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Dislike Conflict? Learn How to Effectively Negotiate

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Inherent dislike of direct disagreement is natural.

Emotional needs, such as the need to belong, the need to be liked by your peers or not appearing greedy appear to be at odds with asking for what you want and arguing for it.

Forcing yourself to jump into a negotiation without training for it, particularly when you are aware of your dislike or fear of negotiating can lead into a fight or flight response which makes learning to negotiate appear even more worrisome.

The good news is that everyone can learn to negotiate. The trick is to start small in situations that are low risk. Get comfortable asking for something small or a concession that you want. Don’t fret about whether you get it or not. Either way, acknowledge your success in having the courage to ask.

Most of us learned to swim by first getting comfortable in the water. In that way swimming has greater potential to be enjoyable in the long run. Jumping into the deep end or getting pushed in may work for some, but is likely to be counterproductive.

Taking the step to make “an ask” is an internal negotiation. You have to ask yourself, “what’s in it for me”? The answer is: While you have an inherent dislike of disagreement, learning to ask for something you want may reveal another inherent feature of you- your inherent self worth and value.

 

 

Conflict Resolution: When Winning Isn’t Everything

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“Win” is a self important, uninvited guest in conflict resolution. While rudeness to words is never appropriate, it is entirely reasonable to show “win” the door.

Defining a win is easy in sports, the teams agree to the definition before the game. In mediation, there is no shared meaning of SEG image 2“win”.

An essentialist view of language begs us to accept that the definition of the word win captures the essence of the word’s meaning in a universal sense. Popular culture embraces the essentialist view with book titles containing phrases such as Win-win, How to Win and Secrets of Winning, just to name a few. We accept that we know what the titles refer to and aspire to “win”.

The desire to “win” and acceptance of the essentialist’s view of the word is fueled by loss aversion, a term familiar to those who have read Daniel Kahneman’s works.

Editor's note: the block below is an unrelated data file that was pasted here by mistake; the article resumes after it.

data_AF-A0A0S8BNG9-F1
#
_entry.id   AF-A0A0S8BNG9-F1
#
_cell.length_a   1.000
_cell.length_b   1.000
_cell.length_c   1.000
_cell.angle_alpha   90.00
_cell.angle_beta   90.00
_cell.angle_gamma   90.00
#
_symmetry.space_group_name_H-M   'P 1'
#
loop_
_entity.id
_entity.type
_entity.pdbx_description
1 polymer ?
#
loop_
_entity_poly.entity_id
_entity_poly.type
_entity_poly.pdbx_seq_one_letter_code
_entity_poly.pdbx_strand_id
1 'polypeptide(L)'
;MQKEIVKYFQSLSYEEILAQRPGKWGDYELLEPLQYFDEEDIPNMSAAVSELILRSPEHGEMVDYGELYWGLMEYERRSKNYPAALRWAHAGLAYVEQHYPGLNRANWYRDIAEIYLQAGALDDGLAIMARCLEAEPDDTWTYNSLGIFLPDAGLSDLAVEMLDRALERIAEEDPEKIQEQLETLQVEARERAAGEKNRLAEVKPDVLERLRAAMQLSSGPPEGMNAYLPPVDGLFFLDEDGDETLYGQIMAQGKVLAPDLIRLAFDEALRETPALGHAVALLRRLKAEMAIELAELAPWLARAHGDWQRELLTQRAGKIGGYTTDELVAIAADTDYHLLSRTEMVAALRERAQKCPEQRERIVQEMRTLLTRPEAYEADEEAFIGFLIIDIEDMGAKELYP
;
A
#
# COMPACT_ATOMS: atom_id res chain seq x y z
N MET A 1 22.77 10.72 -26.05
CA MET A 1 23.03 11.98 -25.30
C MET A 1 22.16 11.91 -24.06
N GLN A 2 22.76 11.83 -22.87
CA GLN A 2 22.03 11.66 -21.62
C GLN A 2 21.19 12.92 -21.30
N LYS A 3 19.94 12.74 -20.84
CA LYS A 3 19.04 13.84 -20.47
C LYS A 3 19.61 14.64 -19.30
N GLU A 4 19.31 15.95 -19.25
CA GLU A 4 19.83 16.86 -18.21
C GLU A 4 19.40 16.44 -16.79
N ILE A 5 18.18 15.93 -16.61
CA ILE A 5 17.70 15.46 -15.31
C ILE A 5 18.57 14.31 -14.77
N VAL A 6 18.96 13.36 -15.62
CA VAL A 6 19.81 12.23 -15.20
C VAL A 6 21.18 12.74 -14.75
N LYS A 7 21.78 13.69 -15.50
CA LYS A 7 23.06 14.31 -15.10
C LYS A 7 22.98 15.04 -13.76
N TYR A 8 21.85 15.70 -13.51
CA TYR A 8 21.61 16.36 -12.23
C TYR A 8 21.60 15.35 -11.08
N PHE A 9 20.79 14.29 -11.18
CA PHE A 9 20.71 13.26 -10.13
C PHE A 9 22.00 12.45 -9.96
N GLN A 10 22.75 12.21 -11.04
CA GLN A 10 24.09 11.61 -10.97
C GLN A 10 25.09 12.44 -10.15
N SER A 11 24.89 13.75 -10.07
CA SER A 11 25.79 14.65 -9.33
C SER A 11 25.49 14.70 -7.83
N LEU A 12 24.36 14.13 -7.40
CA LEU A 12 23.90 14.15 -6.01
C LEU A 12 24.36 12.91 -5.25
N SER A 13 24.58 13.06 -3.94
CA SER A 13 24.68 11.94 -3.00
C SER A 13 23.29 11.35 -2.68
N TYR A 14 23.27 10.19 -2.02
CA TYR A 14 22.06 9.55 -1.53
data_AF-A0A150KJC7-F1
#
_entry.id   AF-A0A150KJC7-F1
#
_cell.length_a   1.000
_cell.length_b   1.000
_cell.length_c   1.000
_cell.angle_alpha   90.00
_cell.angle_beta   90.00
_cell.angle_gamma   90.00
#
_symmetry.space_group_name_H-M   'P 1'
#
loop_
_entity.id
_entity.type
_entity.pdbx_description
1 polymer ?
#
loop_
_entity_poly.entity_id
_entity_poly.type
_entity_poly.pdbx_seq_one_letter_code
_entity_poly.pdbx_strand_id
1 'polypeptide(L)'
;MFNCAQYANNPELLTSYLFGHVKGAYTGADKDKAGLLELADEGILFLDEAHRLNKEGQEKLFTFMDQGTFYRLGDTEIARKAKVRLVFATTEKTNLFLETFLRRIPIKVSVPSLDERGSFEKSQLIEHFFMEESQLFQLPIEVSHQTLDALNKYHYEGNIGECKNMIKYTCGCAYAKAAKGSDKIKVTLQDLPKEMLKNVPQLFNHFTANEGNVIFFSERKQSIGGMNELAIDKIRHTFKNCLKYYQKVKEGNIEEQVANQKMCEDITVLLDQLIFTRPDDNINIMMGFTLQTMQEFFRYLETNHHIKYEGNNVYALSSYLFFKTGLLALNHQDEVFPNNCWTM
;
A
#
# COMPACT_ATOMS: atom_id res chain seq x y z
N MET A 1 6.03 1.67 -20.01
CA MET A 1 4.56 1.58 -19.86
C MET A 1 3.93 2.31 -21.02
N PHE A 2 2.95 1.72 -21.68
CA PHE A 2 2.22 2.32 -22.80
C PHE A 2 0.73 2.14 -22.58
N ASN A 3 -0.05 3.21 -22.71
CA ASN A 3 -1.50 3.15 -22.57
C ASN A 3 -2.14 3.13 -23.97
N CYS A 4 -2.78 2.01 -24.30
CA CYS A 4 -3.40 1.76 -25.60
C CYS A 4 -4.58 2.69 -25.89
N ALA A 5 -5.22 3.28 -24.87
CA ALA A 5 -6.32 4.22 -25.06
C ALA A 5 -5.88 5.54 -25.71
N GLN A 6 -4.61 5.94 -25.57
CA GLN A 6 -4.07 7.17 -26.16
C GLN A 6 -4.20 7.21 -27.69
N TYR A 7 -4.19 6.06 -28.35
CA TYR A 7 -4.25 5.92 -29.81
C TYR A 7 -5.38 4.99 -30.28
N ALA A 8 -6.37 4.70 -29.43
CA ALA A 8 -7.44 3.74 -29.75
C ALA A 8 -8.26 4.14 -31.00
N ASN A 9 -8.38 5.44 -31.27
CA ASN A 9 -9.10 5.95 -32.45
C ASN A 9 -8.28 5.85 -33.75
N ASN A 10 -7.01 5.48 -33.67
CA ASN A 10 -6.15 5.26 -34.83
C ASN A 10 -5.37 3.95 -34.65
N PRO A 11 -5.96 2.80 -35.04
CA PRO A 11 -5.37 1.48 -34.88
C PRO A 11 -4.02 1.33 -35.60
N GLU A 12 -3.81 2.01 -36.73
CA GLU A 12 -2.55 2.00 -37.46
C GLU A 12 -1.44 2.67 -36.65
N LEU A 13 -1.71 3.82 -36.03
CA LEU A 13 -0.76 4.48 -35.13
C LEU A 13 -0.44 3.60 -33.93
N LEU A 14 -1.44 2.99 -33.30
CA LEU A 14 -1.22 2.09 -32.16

Does “win” fit into a tidy taxonomy?

Sports teams use scorekeepers. The tally after a game or match determines the winner.

What qualifies as a “win” in an academic test? Is any score above 90 a win? If the class material was very difficult, would a score above 80 be considered a win?

How do we determine a “win” in a divorce? In financial terms? Is finally escaping abuse in a marriage, in and of itself a “win”? Does a deadbeat spouse become a winner by avoiding child support for years? If the answer depends on who you ask, how can we claim an essential definition of win?

In politics, declaring and thus defining a “win” has been elevated to an art form.
Admitting loss, equally difficult to define, is rarely done in politics with the exception of an election in which a score is kept.

When winning is defined for a contest the term has relevance and meaning for that event or occurrence.

Outside the context of contests, “win” is an elusive friend that many claim to know, but few can identify in a line-up.

A non-essentialist views a complete, comprehensive definition of the word win as unnecessary and potentially harmful, except in cases such as a contest, for which the definition is necessary for that specific event.

In conflict resolution, the pre-game drive to “win” is unnecessary and harmful to the process. When we plan and strategize to “win” in a mediation or a trial, but define or spin the “win” to meet our criteria after the fact, win’s essence and value evaporates.

Conflict resolution is a process. It has a beginning, an end and a post script. Understanding the process and assisting others to navigate it has value. Determining a winner does not.

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